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5 Things I Want Teachers to Know as an Adult With a Learning Disability

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I have nonverbal learning disability. It’s a rare, controversial and invisible condition that affects everything from my social skills and handwriting to my executive functioning and things like my ability to tie my shoes.  I was diagnosed in adulthood, but several people close to me suspected something was “off” long before that. With the school year fast approaching, I would like to share with teachers what I wish mine had understood about teaching a student like me. While most of my experiences were negative, I in no way mean to suggest all teachers are. I know you’re human and no one is perfect, but please keep these things in mind.

1. Our limitations are legitimate. Regardless of how you choose to view learning disabilities, the struggles and symptoms they cause us are real.  They are disabilities, not character flaws, and to some extent they are outside of our control. While it’s certainly possible to use them as an excuse for a variety of things, most of us don’t.  If we’re lucky enough to qualify for and receive accommodations, it’s because they are necessary in order for us to achieve the potential you expect.

2. We may come with baggage. While this is true of all people in any situation, when it comes to those with learning disabilities, students can come in with a history of negative experiences specifically tied to aspects of school and the educational environment. While this is not your fault, please remember these experiences are valid and will affect our interactions with you, especially early on. You will also make an impact, and we will carry that with us as well.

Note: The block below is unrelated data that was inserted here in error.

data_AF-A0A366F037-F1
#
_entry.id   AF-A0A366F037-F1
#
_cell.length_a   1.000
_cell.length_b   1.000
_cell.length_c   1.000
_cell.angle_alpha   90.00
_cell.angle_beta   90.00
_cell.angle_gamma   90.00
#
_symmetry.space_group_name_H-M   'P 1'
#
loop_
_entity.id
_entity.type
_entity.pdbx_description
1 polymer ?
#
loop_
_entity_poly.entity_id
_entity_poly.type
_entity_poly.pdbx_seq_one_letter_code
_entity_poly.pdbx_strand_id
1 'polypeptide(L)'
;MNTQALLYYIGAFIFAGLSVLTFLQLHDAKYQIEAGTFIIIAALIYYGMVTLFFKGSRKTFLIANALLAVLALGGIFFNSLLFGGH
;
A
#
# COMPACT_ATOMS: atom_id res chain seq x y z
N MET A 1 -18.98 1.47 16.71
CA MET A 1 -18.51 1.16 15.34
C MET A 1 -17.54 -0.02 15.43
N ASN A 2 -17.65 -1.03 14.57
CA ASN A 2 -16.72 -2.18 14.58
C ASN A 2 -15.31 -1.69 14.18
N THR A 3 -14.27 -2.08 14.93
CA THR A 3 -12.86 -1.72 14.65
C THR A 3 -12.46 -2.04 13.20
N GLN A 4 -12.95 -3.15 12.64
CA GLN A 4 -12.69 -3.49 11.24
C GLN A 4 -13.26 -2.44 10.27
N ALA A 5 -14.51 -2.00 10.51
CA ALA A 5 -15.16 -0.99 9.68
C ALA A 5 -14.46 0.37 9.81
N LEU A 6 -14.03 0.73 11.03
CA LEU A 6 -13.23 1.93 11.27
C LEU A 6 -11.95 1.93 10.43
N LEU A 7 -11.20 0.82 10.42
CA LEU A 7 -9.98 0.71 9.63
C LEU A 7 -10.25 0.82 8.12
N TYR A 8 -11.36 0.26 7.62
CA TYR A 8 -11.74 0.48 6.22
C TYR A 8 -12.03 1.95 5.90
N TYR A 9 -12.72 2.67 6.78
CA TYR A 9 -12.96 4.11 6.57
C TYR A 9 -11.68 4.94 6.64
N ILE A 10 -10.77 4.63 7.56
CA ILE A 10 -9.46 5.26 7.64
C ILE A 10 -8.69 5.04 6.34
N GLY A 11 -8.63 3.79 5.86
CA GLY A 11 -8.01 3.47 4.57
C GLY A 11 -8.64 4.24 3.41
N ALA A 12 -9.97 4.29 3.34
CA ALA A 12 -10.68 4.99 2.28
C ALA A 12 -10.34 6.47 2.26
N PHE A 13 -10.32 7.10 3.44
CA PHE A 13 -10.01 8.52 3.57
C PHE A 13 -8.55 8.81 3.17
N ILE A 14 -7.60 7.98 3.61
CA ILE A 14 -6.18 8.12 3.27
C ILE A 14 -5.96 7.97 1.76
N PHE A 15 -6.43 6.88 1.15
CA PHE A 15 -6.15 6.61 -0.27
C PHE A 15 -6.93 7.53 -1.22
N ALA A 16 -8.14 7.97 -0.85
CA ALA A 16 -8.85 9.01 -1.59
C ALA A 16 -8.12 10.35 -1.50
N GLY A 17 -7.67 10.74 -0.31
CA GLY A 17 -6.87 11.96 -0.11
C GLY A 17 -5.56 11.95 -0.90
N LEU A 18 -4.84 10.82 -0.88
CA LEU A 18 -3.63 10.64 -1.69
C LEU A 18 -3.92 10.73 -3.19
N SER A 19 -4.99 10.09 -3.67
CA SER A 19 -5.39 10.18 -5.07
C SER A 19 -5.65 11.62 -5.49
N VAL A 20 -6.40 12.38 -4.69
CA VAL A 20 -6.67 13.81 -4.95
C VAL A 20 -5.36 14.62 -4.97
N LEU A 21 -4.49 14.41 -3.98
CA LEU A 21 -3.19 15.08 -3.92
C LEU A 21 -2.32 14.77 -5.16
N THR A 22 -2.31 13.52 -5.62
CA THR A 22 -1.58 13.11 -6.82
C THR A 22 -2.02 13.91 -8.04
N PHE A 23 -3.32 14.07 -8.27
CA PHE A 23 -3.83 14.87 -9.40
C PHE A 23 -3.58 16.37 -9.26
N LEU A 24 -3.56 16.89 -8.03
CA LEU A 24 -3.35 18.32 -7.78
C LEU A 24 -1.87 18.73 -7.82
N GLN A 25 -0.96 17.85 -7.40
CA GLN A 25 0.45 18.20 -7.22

3. Set appropriate expectations. Most people with disabilities dislike pity, including those with learning disabilities, but it’s possible to go too far in the other direction and expect too much as well. High expectations help us grow; unreasonable expectations set us up for failure.

4. Lead by example. If students are expected to own their words and actions and apologize sincerely for their mistakes, so are you. We don’t expect you to be perfect, but as the adult in the room, we expect you to act maturely and hold yourself to the same standards you set for us.

5. Work with parents, don’t judge them. One of my teachers made a point of constantly telling me she thought my mom was coddling me and that she was a horrible parent. I’ve also seen posts go viral on social media of teachers judging parents for how they parent, and blaming them for making teaching so hard. Not only is this inappropriate, but it’s seriously overstepping boundaries. You don’t have to like each other or agree on everything, but as significant adults in our lives, we need you to put your personal feelings aside and come together for the sake of our progress.

Getty image by Weedezign.

Originally published: July 30, 2018
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